by Cait Murphy Smithsonian Books, $24.95
BACK IN 1908 a majority of baseball games were
officiated by just one umpire, which gave rise to on-field mischief. The ump
stood behind the pitcher and would have to turn his back to the plate when a
ball was hit. Savvy catchers would then trip up the batter on his way to
Such picaresque details are what make Cait Murphy's
Crazy '08 such a fun and revealing journey through the early days of baseball.
The book's central argument, that 1908 is "the best season in baseball
history," is perhaps a stretch—other years had tight pennant races too and
future Hall of Famers facing off—but fortunately Murphy doesn't spend too much
time arguing her case. The claim is really just a MacGuffin that allows her to
explore the game back then.
Along the way come eager detours into such topics as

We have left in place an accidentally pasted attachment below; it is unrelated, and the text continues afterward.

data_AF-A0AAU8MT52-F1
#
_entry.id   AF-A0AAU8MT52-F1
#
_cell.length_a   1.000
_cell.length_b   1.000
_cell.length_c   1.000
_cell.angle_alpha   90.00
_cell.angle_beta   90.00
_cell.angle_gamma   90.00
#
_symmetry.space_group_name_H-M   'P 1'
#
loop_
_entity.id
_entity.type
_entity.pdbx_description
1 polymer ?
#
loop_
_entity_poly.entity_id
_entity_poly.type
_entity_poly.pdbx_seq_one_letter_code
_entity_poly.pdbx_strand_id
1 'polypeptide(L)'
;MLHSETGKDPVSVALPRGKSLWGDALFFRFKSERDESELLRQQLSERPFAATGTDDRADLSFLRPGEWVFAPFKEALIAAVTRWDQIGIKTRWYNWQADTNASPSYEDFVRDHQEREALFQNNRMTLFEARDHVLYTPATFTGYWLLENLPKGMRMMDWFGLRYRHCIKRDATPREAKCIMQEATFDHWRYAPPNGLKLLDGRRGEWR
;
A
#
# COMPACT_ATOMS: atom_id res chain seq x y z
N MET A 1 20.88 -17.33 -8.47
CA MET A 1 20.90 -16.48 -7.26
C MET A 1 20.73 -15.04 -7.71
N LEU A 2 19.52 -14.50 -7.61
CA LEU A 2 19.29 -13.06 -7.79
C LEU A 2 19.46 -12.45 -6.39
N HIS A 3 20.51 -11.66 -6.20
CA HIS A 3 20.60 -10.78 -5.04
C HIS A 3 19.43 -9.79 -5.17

the high suicide rate of ballplayers in that era and the rash of stadium fires
that set off baseball's first building boom. Murphy, a FORTUNE assistant
managing editor, even calls "timeouts" to present minichapters on such
nonbaseball topics as Chicago's red-light district and serial killer Belle
Gunness, who lured doomed suitors to her farm via personal ads.
Best, though, is the season's most dramatic episode:
Merkle's Boner, upon which turned the Cubs-Giants pennant race. In a late
September game against the Cubs, with two out in the ninth, Giants rookie Fred
Merkle failed to run to second on an apparent game-winning hit; as fans rushed
the field, the Cubs tagged second for a run-nullifying force-out. The game was
then called for darkness and had to be replayed weeks later to decide the
pennant. The victor is known to every Chicago fan because 1908 is the year in
which the Cubs last won the World Series.